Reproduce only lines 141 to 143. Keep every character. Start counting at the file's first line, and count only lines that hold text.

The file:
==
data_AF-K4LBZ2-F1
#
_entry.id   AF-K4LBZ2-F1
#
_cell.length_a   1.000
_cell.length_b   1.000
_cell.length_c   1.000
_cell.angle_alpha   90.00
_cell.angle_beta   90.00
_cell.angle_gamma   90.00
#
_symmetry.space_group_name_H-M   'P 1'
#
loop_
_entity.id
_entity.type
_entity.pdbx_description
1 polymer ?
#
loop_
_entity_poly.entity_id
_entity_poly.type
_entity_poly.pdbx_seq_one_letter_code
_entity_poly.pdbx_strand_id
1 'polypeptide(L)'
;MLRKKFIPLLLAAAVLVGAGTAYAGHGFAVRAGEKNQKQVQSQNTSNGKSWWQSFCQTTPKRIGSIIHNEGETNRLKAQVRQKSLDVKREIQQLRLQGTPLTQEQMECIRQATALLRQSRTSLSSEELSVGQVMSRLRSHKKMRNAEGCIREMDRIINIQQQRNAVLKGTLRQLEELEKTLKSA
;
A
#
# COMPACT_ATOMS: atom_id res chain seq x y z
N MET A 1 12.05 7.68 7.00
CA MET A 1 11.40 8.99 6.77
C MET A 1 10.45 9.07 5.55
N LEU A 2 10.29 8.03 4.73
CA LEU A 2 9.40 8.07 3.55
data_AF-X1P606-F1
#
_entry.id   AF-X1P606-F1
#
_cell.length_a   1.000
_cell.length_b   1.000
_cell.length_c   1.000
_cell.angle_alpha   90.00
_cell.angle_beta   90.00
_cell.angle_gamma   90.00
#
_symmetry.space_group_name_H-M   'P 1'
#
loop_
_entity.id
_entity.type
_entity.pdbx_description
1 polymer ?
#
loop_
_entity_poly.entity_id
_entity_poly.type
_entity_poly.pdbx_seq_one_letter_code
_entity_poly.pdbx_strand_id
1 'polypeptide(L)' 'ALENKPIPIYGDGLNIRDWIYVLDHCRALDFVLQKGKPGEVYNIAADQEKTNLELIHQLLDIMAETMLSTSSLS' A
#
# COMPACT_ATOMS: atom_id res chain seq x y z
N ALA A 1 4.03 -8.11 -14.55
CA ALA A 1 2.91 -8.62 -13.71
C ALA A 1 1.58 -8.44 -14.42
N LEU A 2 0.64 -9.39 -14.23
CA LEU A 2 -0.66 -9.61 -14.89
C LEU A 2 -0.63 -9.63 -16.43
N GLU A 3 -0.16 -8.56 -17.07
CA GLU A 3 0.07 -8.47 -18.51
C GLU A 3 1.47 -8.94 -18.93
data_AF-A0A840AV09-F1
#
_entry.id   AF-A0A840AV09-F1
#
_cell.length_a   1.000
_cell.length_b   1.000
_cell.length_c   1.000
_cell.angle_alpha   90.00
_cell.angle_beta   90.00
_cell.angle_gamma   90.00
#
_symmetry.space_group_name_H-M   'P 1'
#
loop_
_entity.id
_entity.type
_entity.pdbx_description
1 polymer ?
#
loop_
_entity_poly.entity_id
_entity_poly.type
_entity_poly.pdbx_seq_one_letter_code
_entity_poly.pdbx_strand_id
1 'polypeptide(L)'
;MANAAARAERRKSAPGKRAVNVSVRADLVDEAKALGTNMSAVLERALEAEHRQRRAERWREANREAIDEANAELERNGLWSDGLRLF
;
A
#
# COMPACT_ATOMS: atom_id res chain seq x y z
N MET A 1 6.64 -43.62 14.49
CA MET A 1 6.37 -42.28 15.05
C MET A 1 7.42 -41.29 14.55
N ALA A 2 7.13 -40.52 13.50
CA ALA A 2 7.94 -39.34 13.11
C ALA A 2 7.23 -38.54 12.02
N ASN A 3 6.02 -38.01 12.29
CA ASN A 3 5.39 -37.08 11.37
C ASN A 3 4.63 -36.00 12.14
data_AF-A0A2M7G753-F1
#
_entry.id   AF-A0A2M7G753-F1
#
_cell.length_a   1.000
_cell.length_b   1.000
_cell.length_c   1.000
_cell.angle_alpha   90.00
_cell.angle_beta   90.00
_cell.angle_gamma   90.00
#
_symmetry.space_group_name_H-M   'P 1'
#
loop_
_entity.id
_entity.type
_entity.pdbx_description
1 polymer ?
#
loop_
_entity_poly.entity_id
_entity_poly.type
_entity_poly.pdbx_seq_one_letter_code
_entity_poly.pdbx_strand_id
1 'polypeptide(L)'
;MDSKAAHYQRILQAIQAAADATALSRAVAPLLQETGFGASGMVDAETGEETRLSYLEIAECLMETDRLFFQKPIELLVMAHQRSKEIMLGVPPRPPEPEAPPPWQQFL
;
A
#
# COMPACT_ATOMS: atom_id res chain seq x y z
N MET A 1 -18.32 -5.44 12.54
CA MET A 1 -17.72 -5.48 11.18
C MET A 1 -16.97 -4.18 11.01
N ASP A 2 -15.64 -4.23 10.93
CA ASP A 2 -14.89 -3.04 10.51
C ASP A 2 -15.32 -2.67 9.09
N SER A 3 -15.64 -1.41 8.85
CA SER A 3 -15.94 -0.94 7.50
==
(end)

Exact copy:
N MET A 1 -18.32 -5.44 12.54
CA MET A 1 -17.72 -5.48 11.18
C MET A 1 -16.97 -4.18 11.01